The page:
law enforcement

Manhattan 2019. Behind the police with gun belt
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Abolish the Police?

The latest call to action from some criminal-justice activists: “Abolish the police.” From the streets of Chicago to the city council of Seattle, and in the pages of academic journals ranging from the Cardozo Law Review to the Harvard Law Review and of mainstream publications from the Boston Review to Rolling Stone, advocates and activists are building a case not just to reform policing — viewed as an oppressive, violent, and racist institution — but to do away with it altogether. When I first heard this slogan, I assumed that it was a figure of speech, used to legitimize more expansive criminal-justice reform. But after reading the academic and activist literature, I realized that “abolish the police” is a concrete policy goal. The abolitionists want to dismantle municipal police departments and see “police officers disappearing from the streets.”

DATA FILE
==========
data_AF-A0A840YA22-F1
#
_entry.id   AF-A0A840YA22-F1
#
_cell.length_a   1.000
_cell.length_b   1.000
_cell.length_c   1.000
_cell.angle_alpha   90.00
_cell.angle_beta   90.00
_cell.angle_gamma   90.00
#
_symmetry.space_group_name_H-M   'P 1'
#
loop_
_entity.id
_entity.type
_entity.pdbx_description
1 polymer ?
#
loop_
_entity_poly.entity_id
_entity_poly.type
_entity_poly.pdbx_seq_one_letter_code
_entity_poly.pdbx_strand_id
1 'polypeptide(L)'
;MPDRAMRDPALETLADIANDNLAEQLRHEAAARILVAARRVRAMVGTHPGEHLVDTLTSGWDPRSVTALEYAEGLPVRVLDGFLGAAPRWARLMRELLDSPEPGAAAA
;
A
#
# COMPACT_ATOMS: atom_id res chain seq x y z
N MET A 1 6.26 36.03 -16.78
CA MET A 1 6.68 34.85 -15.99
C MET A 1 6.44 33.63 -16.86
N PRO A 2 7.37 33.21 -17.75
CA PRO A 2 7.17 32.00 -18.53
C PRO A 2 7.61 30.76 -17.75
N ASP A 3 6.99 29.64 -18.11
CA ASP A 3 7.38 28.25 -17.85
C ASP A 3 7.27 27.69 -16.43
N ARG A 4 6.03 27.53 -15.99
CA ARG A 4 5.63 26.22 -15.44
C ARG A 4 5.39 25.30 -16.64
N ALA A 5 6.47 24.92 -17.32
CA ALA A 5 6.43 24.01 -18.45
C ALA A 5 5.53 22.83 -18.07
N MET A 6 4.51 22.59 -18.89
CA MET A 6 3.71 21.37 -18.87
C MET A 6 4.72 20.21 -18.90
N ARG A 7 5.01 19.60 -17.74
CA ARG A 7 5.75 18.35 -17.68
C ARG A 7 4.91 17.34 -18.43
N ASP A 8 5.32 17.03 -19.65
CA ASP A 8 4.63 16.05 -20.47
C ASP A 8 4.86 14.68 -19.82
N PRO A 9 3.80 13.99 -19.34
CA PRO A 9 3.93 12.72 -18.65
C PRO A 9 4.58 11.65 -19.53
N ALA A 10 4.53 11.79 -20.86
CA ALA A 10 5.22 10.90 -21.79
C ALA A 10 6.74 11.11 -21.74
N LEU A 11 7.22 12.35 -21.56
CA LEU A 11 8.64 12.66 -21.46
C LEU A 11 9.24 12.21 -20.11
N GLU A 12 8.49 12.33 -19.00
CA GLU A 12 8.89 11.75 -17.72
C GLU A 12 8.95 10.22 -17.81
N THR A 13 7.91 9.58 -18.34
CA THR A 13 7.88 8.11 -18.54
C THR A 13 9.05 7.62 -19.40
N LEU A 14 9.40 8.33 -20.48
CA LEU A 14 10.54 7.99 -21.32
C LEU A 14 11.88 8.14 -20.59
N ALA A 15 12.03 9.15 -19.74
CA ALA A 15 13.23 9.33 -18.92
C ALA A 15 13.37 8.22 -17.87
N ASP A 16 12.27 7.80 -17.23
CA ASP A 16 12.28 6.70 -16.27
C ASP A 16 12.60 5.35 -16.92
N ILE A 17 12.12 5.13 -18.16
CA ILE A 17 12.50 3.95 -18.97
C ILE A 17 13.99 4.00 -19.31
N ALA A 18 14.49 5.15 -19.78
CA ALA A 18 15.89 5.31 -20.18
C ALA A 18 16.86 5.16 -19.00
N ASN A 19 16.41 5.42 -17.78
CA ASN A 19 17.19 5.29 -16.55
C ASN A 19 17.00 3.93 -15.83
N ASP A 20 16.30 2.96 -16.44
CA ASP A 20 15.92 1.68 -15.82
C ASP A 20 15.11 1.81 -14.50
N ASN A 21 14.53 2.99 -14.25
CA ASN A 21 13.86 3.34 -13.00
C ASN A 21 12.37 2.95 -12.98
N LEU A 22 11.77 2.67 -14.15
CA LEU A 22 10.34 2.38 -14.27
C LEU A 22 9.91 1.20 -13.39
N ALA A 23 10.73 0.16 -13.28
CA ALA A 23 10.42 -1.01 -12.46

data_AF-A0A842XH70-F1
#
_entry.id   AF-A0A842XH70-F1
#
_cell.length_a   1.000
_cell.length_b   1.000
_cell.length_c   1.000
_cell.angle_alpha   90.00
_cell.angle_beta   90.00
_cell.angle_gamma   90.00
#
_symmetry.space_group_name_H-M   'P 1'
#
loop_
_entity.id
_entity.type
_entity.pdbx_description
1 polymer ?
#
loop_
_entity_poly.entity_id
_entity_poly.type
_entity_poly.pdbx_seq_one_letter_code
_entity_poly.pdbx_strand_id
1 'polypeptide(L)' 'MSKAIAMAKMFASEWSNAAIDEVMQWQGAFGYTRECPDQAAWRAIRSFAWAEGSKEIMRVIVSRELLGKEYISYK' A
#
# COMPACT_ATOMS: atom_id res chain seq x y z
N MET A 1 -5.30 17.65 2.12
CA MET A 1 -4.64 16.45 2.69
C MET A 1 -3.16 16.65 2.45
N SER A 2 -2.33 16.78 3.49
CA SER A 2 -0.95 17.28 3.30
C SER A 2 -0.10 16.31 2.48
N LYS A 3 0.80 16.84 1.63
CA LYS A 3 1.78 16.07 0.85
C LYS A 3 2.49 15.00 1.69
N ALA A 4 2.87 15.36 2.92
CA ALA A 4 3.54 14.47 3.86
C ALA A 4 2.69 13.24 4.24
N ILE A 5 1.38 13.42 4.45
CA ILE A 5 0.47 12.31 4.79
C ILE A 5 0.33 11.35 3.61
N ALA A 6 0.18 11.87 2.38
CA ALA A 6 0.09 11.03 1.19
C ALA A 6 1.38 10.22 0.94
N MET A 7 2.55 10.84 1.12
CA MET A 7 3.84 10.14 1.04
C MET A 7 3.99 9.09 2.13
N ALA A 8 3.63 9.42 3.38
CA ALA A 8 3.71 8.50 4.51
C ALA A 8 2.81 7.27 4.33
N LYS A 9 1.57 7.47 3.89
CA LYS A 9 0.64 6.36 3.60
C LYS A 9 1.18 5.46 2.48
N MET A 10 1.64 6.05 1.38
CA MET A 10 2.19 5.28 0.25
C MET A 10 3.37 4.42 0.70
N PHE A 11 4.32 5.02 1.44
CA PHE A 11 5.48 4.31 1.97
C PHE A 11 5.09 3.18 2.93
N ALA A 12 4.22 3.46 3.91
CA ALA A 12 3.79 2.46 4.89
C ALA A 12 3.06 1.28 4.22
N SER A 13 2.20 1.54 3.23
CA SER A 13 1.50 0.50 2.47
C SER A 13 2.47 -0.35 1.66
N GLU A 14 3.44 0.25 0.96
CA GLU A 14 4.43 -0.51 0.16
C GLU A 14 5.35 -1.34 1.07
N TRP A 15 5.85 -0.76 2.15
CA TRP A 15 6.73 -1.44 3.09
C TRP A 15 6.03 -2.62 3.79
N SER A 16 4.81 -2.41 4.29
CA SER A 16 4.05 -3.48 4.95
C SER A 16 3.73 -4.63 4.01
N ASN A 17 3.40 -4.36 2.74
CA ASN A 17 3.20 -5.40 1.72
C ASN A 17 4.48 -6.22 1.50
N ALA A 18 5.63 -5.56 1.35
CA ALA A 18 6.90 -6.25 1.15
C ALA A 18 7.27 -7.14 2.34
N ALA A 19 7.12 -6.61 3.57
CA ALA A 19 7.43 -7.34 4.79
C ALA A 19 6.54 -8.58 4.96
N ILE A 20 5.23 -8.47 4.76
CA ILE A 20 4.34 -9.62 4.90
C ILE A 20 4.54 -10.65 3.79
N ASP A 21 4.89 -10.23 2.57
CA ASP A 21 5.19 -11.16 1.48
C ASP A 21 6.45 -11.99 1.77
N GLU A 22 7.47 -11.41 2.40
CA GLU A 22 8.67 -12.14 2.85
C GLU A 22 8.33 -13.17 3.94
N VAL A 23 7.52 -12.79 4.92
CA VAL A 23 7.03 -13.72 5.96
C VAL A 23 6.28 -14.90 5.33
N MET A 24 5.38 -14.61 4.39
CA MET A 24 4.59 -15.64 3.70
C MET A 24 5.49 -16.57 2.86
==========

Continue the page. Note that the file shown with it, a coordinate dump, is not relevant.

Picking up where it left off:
One might dismiss such proclamations as part of a fringe movement, but advocates of these radical views are gaining political momentum in numerous cities. In Seattle, socialist city council candidate Shaun Scott, who ran on a “police abolition” platform, came within 1,386 votes of winning elected office. During his campaign, he argued that the city must “[disinvest] from the police state” and “build towards a world where nobody is criminalized for being poor.” At a debate hosted by the Seattle Police Officers Guild, Scott blasted “so-called officers” for their “deep and entrenched institutional ties to racism” that produced an “apparatus of overaggressive and racist policing that has emerged to steer many black and brown bodies back into, in essence, a form of slavery.” Another Seattle police abolitionist, Kirsten Harris-Talley, served briefly as an appointed city councilwoman. Both Scott and Harris-Talley enjoy broad support from the city’s progressive establishment.

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